Ducklings hatch from day 26 with a hatch window of usually 48 hours.
Pellet feed preferred
In the pond rearing system, hard pellets are preferred for stability. The pellet durability index (PDI) is above 96%. Typical commercial feed presents a pellet length of 1 cm with a diameter of 4-4.5 mm. The drawback of a very hard pellet is the high pelletising temperature above 95oC causing a significant loss of vitamins and poor enzyme activities in the finished feed. The layer duck would require protein 18-19%, energy 2,650 Kcal/kg whereas the Peking breeder requires protein 20% during the production. Adding extra oil to raise energy does not only increase cost, but also effects pellet hardness. Ducks tends to take less high-energy feed compared to the low energy feed. As a result, Nam regularly tops up the feed with paddy rice; up to 30% of the daily allowance of 220-250 grams/day. Also, dried fish is added from time to time. However, the quality of dry fish is important as poor quality dry fish could be contaminated with salmonella and too much salt could cause diarrhoea.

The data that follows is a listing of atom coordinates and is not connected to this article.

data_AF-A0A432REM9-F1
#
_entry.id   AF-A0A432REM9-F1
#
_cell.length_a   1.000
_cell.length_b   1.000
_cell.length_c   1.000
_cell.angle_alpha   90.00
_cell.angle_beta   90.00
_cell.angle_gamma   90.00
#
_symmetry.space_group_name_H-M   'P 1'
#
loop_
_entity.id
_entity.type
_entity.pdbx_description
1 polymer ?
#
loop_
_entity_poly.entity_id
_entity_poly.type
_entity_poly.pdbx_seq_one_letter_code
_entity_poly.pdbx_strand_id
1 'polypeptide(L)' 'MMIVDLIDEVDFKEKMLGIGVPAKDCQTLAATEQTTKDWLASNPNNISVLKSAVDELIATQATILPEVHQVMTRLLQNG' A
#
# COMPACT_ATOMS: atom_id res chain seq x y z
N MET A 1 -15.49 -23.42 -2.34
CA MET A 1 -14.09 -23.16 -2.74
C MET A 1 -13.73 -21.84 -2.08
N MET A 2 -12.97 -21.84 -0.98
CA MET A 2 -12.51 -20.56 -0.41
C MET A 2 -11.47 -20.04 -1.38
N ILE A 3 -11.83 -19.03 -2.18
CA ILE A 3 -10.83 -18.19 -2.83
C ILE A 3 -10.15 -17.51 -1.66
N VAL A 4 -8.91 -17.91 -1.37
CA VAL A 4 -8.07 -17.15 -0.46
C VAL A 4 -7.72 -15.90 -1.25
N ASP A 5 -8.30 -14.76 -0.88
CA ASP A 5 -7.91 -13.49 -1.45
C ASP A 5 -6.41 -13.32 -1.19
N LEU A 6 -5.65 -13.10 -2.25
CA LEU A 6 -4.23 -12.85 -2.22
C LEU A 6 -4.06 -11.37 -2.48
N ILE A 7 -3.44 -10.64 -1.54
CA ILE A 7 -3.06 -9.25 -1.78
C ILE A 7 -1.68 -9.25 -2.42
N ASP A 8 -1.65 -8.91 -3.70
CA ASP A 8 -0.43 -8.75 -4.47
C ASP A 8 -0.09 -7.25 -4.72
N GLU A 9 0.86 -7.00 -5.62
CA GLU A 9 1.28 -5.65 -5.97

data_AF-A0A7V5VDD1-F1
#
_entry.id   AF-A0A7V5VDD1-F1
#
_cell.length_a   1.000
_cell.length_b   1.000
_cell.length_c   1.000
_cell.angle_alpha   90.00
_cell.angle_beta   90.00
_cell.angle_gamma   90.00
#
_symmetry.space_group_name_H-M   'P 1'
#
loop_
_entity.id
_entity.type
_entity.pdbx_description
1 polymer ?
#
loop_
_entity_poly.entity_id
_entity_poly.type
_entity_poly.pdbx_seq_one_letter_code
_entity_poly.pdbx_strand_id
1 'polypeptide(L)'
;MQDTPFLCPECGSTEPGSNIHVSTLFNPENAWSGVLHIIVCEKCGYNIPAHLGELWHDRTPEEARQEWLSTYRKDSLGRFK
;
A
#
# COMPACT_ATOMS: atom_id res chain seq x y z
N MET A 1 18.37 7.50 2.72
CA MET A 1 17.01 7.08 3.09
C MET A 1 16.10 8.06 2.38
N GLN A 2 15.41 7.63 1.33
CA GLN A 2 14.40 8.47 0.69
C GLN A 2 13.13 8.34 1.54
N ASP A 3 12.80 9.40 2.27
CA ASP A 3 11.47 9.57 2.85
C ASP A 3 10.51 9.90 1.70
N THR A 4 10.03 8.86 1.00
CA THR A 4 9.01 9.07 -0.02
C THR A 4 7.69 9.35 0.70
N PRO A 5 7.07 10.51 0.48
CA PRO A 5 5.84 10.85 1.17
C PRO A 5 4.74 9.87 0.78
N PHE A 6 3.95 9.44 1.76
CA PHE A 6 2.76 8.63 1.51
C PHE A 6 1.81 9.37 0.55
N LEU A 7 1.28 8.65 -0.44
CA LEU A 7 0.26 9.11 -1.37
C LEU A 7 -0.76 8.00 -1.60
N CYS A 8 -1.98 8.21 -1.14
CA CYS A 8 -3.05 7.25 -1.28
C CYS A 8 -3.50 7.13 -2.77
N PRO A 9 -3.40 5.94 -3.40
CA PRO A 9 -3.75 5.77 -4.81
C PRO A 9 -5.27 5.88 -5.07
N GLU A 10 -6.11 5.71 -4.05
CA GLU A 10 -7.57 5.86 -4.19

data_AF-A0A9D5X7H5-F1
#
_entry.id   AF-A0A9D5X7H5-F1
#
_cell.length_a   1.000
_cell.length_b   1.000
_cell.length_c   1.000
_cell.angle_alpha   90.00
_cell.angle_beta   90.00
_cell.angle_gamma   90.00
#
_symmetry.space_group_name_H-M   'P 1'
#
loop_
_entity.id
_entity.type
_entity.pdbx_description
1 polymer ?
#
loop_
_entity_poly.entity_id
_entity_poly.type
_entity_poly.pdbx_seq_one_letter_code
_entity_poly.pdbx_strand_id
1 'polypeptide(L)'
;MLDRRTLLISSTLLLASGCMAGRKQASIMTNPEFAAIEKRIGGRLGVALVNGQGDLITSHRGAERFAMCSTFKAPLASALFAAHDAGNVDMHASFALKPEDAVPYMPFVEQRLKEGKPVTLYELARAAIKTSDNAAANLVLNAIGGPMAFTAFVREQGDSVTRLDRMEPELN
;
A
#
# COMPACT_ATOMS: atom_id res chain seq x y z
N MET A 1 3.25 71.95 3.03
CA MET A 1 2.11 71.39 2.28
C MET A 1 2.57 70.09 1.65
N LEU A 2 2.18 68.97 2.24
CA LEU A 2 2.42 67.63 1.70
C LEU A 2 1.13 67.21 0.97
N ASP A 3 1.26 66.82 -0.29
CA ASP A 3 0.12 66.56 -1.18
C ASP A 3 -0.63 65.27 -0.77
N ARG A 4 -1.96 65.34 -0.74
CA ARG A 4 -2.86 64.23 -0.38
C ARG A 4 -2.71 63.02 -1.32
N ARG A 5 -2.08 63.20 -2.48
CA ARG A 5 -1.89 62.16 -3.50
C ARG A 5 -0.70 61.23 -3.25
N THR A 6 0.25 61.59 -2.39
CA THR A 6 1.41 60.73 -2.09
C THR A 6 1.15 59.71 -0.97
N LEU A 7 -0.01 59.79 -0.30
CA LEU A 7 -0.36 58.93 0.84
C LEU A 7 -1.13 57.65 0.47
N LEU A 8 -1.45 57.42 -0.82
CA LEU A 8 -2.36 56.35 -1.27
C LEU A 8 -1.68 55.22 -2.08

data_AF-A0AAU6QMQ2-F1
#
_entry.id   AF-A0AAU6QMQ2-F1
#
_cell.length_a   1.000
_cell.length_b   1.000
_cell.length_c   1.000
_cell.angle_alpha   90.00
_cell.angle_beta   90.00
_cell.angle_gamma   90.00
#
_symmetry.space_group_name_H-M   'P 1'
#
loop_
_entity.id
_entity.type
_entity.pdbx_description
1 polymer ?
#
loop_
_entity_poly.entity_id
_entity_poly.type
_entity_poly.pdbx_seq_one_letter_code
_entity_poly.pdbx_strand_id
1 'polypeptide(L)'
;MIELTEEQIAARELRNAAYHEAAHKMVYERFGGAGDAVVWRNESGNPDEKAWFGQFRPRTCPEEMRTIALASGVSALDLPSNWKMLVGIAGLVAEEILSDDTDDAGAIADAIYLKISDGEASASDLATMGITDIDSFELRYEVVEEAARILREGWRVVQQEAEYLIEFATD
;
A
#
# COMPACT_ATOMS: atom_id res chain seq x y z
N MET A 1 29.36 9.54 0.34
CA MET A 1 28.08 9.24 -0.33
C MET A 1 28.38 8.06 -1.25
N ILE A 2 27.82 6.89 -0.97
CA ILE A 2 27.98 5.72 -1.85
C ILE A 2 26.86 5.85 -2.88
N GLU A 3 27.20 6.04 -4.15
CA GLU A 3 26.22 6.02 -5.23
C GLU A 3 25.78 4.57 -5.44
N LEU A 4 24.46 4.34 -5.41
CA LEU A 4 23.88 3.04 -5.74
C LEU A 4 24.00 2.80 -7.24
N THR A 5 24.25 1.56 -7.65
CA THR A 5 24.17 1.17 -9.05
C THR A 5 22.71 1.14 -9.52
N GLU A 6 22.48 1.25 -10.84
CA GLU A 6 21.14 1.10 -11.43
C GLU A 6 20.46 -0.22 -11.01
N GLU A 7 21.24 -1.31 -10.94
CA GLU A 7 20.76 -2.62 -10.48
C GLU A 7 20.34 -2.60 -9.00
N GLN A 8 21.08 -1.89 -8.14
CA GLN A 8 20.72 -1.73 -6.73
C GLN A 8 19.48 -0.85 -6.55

The breeders are subject to bird flu vaccination. The first vaccination starts at 2 weeks of age, followed by 5 and 21 weeks. The broiler ducks are vaccinated only twice at 2 weeks and 5 weeks old. The birds are vaccinated against duck plague.
Broiler ducklings are delivered to customers in bamboo baskets.
Free grazing system
Nam stopped free grazing following a bird flu outbreak in 2003. Nevertheless, free grazing is still commonly practiced in Long An and the Mekhong Delta area. Some landowners may charge a land use fee of up to 15–20 USD/hectare. In this case, production costs are less because the ducks are scavenging the rice fields littered with grains of rice, grass, fish, insects, small amphibians, worms, and small molluscs found in the rice field during the grow out. The duck will be tended in the rice field for a few weeks before taking back for fattening and sale. Average overall mortality is around 2%. Herders release the ducks early in the morning and herd them back to the pens in the evening. The duck must be vaccinated against avian influenza and the duck owners must have the transportation permit which clearly state the destination where the ducks will be raised. For small-scale farms, the government offers a vaccination service free of charge. This is applicable for backyard farmers, keeping less than 500 birds.